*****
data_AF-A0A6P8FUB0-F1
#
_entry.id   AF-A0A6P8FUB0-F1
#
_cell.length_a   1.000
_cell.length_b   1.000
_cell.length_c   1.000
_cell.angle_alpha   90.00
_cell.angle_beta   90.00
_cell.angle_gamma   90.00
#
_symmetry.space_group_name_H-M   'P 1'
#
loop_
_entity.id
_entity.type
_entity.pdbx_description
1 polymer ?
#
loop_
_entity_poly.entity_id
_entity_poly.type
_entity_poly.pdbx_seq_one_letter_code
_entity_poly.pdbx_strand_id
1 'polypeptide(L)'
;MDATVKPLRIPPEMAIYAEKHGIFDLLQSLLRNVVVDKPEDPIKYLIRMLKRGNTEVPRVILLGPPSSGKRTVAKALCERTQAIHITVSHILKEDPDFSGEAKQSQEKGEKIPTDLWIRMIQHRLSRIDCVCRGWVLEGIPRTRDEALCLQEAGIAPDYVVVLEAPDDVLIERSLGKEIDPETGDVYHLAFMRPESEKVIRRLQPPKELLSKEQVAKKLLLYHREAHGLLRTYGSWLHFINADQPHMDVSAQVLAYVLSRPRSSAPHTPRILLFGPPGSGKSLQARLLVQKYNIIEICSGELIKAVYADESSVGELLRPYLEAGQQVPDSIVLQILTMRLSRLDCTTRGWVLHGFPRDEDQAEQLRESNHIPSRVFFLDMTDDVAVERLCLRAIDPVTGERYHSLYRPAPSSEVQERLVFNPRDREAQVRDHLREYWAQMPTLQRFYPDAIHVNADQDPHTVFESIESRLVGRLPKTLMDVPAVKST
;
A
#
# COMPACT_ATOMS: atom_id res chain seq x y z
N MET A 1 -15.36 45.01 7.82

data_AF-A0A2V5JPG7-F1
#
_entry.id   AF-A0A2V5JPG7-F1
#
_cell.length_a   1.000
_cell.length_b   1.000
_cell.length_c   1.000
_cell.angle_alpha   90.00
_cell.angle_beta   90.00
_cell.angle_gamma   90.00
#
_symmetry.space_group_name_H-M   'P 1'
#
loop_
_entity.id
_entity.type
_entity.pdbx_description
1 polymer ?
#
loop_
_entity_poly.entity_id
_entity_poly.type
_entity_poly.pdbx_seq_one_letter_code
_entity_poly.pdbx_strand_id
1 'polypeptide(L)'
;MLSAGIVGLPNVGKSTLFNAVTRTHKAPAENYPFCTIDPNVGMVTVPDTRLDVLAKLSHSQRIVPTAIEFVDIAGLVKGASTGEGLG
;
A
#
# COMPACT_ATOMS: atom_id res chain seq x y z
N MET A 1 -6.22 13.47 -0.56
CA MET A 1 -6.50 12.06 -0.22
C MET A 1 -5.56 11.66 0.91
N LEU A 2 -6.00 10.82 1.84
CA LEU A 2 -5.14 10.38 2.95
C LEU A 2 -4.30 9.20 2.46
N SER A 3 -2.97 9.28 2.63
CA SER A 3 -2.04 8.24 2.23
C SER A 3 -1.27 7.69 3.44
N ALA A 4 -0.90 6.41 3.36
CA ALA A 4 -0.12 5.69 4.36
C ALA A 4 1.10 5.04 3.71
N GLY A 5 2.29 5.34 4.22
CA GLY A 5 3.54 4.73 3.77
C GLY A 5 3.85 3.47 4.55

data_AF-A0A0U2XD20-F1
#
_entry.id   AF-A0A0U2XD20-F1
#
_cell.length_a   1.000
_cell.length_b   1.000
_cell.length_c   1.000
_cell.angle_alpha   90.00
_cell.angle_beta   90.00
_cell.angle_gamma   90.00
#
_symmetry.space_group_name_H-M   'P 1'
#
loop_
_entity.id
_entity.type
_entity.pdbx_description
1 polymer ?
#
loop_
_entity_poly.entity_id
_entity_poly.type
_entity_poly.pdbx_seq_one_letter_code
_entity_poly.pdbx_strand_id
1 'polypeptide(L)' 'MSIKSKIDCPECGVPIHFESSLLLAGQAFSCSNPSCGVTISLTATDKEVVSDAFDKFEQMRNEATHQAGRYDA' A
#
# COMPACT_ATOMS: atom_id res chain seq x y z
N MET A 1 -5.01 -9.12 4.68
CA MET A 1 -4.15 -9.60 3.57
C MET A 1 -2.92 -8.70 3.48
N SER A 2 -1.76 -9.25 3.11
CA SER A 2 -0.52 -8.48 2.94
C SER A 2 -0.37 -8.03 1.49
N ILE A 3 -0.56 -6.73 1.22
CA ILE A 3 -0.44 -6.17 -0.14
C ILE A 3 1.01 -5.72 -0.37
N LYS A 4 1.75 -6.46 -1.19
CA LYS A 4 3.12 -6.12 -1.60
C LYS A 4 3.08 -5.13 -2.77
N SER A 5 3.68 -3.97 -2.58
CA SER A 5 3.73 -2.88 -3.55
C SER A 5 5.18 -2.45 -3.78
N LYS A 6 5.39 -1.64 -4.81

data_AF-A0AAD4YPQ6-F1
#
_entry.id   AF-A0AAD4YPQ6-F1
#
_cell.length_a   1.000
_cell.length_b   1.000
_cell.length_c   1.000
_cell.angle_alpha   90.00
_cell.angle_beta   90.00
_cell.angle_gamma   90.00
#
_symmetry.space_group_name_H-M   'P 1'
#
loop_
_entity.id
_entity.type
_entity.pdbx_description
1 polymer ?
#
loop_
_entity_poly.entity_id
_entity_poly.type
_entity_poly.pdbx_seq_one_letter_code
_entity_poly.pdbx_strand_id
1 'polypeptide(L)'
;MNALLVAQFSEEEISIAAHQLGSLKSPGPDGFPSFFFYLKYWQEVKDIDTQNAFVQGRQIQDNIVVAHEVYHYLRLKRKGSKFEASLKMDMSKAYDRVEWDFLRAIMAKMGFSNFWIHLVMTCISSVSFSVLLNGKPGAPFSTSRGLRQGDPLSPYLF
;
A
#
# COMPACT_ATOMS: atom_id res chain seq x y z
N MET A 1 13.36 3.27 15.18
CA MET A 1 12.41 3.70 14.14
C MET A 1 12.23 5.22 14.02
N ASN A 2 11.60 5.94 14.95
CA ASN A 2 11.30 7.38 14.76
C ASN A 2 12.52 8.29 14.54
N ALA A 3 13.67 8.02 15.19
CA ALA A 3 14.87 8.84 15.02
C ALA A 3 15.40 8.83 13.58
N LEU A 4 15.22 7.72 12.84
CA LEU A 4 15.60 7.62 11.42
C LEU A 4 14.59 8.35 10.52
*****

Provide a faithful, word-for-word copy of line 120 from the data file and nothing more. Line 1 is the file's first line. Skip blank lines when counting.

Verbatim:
data_AF-A0AAD4YPQ6-F1